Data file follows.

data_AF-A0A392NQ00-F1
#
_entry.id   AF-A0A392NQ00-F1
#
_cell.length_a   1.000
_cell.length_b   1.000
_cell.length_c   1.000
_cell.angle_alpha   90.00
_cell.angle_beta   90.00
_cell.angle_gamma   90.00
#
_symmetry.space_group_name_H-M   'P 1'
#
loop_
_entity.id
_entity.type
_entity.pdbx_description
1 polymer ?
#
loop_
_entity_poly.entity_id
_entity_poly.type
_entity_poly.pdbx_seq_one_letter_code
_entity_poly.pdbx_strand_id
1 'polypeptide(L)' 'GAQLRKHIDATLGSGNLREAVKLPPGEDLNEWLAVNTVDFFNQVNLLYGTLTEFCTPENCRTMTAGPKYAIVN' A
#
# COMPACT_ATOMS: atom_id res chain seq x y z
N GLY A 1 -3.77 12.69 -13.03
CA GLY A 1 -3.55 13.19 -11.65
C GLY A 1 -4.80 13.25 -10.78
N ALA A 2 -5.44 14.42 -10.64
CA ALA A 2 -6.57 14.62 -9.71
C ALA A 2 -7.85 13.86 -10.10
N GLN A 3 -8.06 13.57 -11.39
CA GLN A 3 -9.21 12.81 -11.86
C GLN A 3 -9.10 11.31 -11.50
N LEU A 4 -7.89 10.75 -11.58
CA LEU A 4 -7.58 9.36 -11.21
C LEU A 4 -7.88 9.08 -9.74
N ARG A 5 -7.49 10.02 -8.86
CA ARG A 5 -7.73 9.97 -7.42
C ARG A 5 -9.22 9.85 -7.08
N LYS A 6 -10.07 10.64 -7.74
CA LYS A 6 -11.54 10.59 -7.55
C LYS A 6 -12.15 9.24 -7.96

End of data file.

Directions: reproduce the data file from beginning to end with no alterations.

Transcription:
data_AF-A0A392NQ00-F1
#
_entry.id   AF-A0A392NQ00-F1
#
_cell.length_a   1.000
_cell.length_b   1.000
_cell.length_c   1.000
_cell.angle_alpha   90.00
_cell.angle_beta   90.00
_cell.angle_gamma   90.00
#
_symmetry.space_group_name_H-M   'P 1'
#
loop_
_entity.id
_entity.type
_entity.pdbx_description
1 polymer ?
#
loop_
_entity_poly.entity_id
_entity_poly.type
_entity_poly.pdbx_seq_one_letter_code
_entity_poly.pdbx_strand_id
1 'polypeptide(L)' 'GAQLRKHIDATLGSGNLREAVKLPPGEDLNEWLAVNTVDFFNQVNLLYGTLTEFCTPENCRTMTAGPKYAIVN' A
#
# COMPACT_ATOMS: atom_id res chain seq x y z
N GLY A 1 -3.77 12.69 -13.03
CA GLY A 1 -3.55 13.19 -11.65
C GLY A 1 -4.80 13.25 -10.78
N ALA A 2 -5.44 14.42 -10.64
CA ALA A 2 -6.57 14.62 -9.71
C ALA A 2 -7.85 13.86 -10.10
N GLN A 3 -8.06 13.57 -11.39
CA GLN A 3 -9.21 12.81 -11.86
C GLN A 3 -9.10 11.31 -11.50
N LEU A 4 -7.89 10.75 -11.58
CA LEU A 4 -7.58 9.36 -11.21
C LEU A 4 -7.88 9.08 -9.74
N ARG A 5 -7.49 10.02 -8.86
CA ARG A 5 -7.73 9.97 -7.42
C ARG A 5 -9.22 9.85 -7.08
N LYS A 6 -10.07 10.64 -7.74
CA LYS A 6 -11.54 10.59 -7.55
C LYS A 6 -12.15 9.24 -7.96